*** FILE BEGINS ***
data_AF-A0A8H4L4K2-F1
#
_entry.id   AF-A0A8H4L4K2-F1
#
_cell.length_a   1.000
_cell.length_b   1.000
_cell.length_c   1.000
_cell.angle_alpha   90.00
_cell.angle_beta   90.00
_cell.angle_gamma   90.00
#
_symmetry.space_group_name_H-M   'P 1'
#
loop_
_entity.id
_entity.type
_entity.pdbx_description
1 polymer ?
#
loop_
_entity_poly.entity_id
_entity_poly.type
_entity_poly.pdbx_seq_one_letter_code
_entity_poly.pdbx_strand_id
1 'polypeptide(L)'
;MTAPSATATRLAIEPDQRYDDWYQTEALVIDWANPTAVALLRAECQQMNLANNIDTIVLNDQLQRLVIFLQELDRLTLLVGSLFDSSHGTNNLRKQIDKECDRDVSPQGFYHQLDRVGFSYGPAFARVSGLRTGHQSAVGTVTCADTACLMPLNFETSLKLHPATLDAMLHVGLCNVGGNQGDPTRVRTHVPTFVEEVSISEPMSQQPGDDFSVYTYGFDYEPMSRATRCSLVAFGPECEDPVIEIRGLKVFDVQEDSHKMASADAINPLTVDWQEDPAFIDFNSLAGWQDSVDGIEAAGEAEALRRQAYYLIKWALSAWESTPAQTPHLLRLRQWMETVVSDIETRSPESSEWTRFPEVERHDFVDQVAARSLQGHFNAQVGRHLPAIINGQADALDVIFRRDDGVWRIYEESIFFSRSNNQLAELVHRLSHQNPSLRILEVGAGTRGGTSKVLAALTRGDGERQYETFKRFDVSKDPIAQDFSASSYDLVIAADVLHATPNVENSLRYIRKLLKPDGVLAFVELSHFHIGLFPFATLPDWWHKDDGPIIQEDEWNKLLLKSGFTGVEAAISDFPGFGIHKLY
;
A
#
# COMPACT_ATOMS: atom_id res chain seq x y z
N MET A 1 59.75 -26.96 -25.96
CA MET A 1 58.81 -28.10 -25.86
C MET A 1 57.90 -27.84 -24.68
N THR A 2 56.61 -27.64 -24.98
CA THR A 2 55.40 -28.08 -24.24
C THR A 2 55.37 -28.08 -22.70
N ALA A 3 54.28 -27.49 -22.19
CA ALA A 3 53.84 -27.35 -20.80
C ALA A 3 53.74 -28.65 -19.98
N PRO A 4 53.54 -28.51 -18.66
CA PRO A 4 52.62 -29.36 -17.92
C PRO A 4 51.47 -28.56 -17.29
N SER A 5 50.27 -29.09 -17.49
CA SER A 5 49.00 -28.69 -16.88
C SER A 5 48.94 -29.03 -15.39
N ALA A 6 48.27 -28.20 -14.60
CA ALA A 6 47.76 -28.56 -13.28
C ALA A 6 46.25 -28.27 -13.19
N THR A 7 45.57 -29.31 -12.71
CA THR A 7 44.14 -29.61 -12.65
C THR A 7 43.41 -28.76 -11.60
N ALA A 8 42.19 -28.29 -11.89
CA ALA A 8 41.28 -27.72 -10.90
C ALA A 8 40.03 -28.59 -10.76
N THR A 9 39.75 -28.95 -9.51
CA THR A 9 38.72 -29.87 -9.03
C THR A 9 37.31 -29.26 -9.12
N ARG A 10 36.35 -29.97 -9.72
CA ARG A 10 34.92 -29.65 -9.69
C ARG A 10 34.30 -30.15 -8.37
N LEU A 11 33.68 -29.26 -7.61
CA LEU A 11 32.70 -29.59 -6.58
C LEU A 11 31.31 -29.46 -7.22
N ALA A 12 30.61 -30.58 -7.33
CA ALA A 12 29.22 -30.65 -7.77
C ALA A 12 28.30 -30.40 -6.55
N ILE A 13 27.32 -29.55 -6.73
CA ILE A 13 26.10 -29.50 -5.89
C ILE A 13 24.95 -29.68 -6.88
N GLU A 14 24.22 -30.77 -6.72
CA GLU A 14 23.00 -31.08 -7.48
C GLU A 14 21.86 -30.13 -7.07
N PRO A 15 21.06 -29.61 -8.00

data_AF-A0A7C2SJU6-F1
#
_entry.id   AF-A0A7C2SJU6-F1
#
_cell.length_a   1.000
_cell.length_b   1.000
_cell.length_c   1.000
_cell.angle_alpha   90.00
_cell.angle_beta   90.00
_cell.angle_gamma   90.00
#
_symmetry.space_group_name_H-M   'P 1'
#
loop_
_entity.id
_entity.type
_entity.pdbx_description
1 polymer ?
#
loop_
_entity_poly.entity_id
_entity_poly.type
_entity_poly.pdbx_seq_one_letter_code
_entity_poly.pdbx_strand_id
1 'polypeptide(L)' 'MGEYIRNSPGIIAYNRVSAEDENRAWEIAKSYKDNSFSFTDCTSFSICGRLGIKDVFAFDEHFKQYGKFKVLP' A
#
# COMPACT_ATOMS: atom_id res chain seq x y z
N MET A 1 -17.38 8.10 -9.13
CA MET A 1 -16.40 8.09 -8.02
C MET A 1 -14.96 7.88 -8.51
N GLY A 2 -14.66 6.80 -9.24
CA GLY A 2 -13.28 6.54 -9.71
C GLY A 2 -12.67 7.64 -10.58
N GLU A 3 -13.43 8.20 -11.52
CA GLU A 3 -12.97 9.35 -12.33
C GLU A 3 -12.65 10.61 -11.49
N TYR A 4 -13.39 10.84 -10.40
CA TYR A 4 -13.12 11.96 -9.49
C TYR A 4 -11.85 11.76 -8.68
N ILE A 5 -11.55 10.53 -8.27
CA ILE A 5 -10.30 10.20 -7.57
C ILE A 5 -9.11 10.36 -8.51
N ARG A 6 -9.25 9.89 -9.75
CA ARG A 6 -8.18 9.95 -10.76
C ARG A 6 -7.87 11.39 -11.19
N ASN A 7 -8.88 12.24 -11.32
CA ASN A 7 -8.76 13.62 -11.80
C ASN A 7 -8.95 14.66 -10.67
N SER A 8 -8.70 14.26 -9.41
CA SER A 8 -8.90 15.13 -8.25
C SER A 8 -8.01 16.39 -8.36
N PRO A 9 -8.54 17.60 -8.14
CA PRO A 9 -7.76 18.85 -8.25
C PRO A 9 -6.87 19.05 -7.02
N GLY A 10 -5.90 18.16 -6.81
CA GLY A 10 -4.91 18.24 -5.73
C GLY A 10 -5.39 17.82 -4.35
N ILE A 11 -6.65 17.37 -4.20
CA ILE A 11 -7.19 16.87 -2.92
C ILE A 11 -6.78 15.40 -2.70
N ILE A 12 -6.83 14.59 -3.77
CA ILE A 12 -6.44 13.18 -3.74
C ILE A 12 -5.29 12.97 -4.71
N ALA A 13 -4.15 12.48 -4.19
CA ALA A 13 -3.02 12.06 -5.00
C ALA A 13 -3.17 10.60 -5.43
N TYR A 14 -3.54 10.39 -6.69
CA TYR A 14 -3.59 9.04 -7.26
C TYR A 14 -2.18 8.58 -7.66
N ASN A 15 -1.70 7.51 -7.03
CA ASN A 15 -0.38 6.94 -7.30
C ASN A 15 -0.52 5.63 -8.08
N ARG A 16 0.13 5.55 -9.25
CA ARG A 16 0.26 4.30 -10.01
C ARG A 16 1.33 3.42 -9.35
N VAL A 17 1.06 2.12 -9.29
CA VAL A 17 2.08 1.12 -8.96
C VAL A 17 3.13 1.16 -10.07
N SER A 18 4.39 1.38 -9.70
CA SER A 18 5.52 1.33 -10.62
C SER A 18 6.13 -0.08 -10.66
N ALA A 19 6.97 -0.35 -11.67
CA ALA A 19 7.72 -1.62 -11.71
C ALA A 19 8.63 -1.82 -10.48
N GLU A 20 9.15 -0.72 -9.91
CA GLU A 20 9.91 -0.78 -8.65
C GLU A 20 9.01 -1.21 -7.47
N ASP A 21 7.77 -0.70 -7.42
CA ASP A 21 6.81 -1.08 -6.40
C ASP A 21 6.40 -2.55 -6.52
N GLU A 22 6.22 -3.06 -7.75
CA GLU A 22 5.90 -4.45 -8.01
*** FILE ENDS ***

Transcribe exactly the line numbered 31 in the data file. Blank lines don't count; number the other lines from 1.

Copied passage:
N MET A 1 59.75 -26.96 -25.96